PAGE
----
Tempering is the process of precipitating carbides from the supersaturated solid dissolved carbon by quenching, which changes the fabric from martensite to ferrite.
01 Microstructural changes associated with tempering
Martensite produced by quenching is commonly referred to as hardened martensite.
MICROSCOPIC MICROSTRUCTURE OF QUENCHED AND TEMPERED SCM435 (QUENCHED AT 1000°C)
The quenching temperature in the above figure is 1000°C to clarify the metallographic morphology. the microstructure when tempered at 120°C remains in the form of quenched martensite, but as the tempering temperature increases, the fabric changes to ferrite.
02 Carbides precipitated by low temperature tempering
When quenched martensite is heated at 100~200°C, transition carbides ( thermally unstable and change to Fe3C at higher heating temperatures), which are epsilon carbide ( Fe2-2.5C ) precipitates. It is very fine and difficult to observe by ordinary SEM as shown in the figure below.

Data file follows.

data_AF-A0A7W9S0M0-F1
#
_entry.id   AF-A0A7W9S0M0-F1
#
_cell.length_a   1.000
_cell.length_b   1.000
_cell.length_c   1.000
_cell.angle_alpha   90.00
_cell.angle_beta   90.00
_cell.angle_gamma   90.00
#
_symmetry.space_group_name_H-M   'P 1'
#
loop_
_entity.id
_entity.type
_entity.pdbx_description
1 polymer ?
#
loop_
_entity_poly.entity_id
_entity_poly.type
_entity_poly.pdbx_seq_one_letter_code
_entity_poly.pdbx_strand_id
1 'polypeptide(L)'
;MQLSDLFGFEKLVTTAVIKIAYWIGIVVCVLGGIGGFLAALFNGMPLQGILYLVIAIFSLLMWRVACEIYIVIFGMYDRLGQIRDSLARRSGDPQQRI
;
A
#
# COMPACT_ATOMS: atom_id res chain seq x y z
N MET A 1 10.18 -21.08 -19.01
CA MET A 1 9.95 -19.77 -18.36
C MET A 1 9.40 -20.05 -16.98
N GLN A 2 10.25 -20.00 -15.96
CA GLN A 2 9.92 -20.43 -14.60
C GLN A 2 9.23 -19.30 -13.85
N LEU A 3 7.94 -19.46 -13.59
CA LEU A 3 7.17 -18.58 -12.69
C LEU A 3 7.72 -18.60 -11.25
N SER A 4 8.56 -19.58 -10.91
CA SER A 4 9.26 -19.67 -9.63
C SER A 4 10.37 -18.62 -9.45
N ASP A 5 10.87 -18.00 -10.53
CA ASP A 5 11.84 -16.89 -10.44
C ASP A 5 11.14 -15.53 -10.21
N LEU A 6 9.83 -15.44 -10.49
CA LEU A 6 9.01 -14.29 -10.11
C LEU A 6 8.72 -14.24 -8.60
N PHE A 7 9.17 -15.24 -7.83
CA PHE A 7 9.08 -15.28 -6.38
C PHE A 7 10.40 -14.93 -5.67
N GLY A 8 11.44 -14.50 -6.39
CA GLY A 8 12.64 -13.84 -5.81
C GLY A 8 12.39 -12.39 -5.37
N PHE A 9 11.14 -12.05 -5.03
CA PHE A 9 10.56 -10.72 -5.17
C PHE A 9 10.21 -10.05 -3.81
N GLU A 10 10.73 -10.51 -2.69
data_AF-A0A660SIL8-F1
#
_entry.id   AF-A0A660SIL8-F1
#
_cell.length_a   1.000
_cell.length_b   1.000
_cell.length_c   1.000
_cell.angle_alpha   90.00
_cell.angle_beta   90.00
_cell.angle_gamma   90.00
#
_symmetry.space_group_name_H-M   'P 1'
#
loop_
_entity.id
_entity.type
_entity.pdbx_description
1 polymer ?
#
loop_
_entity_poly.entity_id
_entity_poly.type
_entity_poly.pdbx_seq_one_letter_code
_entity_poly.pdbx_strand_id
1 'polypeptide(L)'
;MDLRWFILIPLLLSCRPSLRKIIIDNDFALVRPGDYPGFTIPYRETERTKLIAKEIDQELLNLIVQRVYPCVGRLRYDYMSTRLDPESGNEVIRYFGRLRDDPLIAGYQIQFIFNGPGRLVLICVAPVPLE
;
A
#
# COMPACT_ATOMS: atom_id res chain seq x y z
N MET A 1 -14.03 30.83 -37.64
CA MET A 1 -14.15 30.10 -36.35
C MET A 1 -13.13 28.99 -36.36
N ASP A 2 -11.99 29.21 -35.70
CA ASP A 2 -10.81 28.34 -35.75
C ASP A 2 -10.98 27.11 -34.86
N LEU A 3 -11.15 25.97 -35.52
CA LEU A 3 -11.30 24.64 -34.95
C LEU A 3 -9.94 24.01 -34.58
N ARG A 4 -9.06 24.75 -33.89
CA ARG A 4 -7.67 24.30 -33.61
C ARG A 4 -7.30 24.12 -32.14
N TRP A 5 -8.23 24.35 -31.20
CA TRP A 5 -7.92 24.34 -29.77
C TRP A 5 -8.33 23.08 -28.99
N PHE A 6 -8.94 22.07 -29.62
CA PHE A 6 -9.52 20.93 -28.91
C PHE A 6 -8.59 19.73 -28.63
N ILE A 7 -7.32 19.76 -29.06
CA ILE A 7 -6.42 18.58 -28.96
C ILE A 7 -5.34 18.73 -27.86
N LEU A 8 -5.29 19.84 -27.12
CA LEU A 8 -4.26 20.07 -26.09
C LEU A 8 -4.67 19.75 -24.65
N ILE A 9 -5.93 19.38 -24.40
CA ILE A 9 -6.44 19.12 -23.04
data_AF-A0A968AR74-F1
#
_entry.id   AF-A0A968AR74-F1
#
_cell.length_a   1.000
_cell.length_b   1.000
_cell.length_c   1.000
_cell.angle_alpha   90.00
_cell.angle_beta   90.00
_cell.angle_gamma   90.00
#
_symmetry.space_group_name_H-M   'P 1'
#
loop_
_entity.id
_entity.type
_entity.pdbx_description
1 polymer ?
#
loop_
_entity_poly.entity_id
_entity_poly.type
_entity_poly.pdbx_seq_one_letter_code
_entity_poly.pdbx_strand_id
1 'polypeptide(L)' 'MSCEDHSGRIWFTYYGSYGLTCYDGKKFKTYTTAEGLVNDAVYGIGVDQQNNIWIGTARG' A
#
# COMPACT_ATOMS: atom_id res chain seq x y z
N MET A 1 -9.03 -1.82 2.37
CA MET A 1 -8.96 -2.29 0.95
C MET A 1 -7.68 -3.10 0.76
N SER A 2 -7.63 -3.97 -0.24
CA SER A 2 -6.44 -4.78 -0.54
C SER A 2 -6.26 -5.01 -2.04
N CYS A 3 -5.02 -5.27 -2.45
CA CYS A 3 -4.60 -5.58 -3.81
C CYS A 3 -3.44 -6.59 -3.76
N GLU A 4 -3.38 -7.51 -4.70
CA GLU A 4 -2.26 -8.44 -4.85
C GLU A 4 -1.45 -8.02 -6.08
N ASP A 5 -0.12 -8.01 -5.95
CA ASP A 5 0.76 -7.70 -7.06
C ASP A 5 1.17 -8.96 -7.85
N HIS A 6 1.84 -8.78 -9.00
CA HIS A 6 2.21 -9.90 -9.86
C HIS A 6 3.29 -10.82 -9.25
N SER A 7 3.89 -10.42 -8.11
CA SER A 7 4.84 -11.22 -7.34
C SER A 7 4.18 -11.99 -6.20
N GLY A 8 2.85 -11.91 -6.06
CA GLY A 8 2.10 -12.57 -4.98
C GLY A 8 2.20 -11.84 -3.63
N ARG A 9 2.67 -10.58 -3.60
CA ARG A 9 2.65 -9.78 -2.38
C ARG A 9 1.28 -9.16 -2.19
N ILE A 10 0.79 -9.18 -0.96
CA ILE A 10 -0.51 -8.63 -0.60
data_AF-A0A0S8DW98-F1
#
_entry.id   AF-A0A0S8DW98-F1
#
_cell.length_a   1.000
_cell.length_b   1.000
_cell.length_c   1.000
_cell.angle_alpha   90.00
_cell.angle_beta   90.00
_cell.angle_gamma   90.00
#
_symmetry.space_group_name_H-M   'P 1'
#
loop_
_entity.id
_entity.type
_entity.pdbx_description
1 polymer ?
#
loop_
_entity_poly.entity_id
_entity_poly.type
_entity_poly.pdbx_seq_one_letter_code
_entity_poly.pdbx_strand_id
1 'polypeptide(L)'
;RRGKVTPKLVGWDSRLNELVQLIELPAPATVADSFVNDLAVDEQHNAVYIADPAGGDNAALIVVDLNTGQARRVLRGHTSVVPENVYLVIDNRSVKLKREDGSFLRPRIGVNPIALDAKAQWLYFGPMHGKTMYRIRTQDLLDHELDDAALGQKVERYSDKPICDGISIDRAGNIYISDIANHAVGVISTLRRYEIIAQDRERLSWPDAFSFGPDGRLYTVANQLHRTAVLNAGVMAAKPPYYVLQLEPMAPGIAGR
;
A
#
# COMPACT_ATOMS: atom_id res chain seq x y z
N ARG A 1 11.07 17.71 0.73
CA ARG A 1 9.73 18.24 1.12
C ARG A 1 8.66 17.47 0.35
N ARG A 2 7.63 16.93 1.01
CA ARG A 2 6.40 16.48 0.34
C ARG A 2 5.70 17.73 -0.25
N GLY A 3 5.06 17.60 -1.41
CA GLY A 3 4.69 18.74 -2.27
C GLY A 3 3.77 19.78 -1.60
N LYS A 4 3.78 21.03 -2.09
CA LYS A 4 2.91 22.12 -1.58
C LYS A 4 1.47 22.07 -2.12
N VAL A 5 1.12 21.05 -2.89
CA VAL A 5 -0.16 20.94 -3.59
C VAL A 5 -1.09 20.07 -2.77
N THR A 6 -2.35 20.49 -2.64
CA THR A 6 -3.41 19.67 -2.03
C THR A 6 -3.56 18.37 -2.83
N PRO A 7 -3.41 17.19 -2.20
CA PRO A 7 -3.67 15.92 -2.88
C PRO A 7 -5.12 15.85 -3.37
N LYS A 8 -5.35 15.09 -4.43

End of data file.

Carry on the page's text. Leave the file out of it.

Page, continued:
At 350°C, the precipitation of fine needle-like carbides can be observed. However, tempering at temperatures in the 350°C range will cause embrittlement ( called low-temperature tempering embrittlement), so we recommend avoiding tempering at temperatures in this range.
03 Carbides precipitated by high temperature tempering
High-temperature tempering refers to tempering in the range of 400-650°C and is applied to many grades of steel, including machine structural steel.
MICROSTRUCTURE OF SCM435 TEMPERED AT HIGH TEMPERATURE (SEM IMAGE)
As an example, the above figure shows the metallographic structure (SEM image) of SCM435 tempered at 600°C for 2 hours and at 700°C for 24 hours. Furthermore, after tempering at 700°C for a long time, it is clear that the carbides precipitated by tempering have a spherical shape.